October 20, 2022
Mary Shelley published Frankenstein; or, The Modern Prometheus in 1818, and, in 1910, Edison made the first film adaptation. This was followed by the 1931 Universal Studios film, Frankenstein, one of the first talkies. Four years later, Bride of Frankenstein was released.
In the original ending of the 1931 Frankenstein, Henry Frankenstein died, but Universal decided to make the ending happier, allowing him to survive. With Henry still alive, Universal set out to make a sequel, asking James Whale, the director of Frankenstein to direct it. Whale initially refused, but he used the situation to his advantage, convincing them to allow him to make One More River before the sequel. Because Whale didn’t think that the sequel would be successful, he decided to make it a “hoot.”
It Took A While To Get A Script
Several early treatments were created. Robert Florey wrote The New Adventures of Frankenstein—The Monster Lives which was rejected without comment in 1932. A second treatment, The Return of Frankenstein, was being filmed when Whale rejected it, saying, “it stinks to heaven.” Whale rejected the next version as well, and then, in 1934, John L. Balderston began working on another version that focused on an incident in the novel when the Monster demands a bride. Whale rejected his work, but the incident remained the focus of the final script. Finally, Whale hired William J. Hurlbut and Edmund Pearson, who combined elements from the other scripts to create what would become the film.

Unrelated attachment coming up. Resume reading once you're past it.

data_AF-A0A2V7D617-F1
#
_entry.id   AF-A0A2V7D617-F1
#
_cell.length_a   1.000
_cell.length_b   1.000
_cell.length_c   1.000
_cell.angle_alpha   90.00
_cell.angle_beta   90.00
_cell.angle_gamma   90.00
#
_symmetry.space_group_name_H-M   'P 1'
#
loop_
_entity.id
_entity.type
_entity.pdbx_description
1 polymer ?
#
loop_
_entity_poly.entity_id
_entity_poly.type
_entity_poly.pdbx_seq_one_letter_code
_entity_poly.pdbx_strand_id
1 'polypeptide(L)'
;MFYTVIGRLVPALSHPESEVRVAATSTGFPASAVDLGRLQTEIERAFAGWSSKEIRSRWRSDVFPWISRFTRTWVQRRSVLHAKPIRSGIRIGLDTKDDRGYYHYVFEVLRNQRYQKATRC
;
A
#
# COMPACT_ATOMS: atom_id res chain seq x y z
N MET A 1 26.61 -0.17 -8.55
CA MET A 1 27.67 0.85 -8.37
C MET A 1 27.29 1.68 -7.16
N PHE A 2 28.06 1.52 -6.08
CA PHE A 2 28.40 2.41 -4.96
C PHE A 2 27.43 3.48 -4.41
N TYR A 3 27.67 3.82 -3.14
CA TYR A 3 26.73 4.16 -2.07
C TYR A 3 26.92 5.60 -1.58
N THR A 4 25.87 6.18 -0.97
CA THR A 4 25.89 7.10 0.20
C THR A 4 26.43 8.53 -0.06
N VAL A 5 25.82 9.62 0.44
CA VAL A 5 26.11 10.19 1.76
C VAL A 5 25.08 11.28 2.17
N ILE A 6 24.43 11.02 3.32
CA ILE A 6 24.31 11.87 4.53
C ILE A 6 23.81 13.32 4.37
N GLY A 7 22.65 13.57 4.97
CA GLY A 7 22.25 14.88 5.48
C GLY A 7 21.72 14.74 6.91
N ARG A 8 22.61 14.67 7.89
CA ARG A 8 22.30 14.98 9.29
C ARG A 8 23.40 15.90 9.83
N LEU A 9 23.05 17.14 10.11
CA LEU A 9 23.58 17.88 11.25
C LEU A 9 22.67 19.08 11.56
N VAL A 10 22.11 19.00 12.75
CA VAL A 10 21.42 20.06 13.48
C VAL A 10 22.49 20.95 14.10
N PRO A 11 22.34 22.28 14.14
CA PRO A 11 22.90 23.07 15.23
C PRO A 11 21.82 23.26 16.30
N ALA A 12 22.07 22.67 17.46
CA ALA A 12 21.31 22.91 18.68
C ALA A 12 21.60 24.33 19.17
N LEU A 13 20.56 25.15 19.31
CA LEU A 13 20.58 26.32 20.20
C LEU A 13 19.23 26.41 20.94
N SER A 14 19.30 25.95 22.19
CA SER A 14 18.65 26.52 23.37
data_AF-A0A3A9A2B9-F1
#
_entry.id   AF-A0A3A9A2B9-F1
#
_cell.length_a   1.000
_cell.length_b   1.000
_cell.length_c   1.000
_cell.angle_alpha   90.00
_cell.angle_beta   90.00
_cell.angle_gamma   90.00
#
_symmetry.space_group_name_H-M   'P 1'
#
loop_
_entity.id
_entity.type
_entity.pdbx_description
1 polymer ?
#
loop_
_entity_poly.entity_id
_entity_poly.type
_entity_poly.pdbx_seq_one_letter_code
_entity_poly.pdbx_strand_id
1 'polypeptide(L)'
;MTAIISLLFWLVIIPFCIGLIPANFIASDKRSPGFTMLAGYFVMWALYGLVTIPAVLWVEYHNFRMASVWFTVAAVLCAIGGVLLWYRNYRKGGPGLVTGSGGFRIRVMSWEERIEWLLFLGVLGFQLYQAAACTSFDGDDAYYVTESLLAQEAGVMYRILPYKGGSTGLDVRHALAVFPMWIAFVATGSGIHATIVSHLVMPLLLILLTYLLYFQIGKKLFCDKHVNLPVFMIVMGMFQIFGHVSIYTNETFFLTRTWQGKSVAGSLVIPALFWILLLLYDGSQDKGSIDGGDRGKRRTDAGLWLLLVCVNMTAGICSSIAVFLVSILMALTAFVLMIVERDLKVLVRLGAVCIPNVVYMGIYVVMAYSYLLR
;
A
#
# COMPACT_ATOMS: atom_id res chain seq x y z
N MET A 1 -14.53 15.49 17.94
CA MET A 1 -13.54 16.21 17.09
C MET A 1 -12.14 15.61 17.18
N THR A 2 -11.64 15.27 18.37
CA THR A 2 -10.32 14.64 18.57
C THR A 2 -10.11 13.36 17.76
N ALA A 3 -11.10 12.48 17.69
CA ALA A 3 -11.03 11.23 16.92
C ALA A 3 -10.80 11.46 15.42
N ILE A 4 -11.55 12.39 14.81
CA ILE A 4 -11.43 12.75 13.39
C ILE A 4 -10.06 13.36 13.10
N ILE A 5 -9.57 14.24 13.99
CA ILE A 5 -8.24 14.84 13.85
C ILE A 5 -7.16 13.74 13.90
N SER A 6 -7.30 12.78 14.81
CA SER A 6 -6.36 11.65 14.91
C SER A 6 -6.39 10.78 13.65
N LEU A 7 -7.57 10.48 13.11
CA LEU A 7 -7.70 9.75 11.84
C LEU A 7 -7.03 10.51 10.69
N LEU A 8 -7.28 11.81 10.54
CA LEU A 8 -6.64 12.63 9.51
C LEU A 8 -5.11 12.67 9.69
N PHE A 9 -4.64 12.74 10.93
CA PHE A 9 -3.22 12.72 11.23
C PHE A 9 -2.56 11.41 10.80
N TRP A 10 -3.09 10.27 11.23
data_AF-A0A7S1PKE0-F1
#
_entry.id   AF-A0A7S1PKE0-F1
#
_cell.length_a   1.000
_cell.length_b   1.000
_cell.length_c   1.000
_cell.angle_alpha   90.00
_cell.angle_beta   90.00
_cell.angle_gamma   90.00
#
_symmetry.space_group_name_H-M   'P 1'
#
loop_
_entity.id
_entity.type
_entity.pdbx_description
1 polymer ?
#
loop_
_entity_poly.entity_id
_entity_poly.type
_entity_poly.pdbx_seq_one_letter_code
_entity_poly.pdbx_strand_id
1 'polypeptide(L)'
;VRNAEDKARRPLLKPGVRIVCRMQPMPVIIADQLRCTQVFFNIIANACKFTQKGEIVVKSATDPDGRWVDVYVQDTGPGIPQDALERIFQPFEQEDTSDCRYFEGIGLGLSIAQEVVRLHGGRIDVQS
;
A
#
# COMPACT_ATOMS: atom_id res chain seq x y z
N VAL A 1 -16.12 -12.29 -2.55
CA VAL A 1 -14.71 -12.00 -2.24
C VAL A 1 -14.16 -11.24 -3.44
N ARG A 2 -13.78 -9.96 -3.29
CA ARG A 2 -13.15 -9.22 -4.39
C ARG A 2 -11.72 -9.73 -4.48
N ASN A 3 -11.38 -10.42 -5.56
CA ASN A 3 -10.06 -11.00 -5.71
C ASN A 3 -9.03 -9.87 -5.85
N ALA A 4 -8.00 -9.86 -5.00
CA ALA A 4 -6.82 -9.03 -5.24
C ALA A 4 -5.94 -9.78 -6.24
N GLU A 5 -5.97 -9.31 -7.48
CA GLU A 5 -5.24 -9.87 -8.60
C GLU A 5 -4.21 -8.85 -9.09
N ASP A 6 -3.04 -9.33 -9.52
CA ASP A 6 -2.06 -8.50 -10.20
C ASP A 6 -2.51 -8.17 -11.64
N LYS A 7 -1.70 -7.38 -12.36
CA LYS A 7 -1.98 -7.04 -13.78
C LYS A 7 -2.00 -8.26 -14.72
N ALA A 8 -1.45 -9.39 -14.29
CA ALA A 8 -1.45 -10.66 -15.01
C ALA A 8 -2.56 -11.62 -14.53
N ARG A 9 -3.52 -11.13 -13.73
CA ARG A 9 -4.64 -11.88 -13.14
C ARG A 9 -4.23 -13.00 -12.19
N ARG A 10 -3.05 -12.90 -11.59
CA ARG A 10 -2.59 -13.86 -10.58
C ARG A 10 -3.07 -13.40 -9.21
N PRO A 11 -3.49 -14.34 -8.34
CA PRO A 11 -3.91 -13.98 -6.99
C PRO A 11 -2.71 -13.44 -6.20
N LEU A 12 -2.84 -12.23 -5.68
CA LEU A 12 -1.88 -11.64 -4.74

For Bride of Frankenstein, Boris Karloff reprised his role as the Monster, while Colin Clive reprised his role as Henry Frankenstein. Valerie Hobson replaced Mae Clarke as Elizabeth, Henry’s fiancée because of Clarke’s health issues. Before Whale cast Elsa Lanchester as the Bride, he had decided that the same actress should also play Mary Shelley to convey the theme that story, in particular horror, arises from the darker side of the imagination. In a nod to Frankenstein, Lanchester was only credited for playing the role of Mary Shelley, while the role of the Bride was credited to “?” just as the Monster was credited in the original.
The film begins with Percy Bysshe Shelley and Lord Byron praising Mary Shelley for her novel. Shelley reminds them of her intention to convey a lesson about the dangers of trying to play God. The film then returns to the end of Frankenstein, when the Monster is presumed to have died in a burning windmill, and Henry Frankenstein is being nursed back to life by Elizabeth. Meanwhile, the Monster roams the countryside, where he stumbles across a blind man, who teaches him some words and shares a meal with him. Eventually, the Monster encounters Dr. Pretorius, Henry Frankenstein’s mentor. Pretorious, played by Ernest Thesiger, tried to replicate Frankenstein’s work, but when he was unable to, he started to “grow” miniature humans (homunculi). He proposes a “new world of gods and monsters” and befriends the Monster. Pretorious plans to create an artificially grown brain to be used in the body to be animated by Frankenstein. Together, Pretorious and the Monster convince Frankenstein to make the Monster’s mate. However, the outcome is not what the Monster is expecting, as the Bride rejects him. With that rejection, he sends Frankenstein and his now-wife Elizabeth away but says to the Bride “You stay. We belong dead.”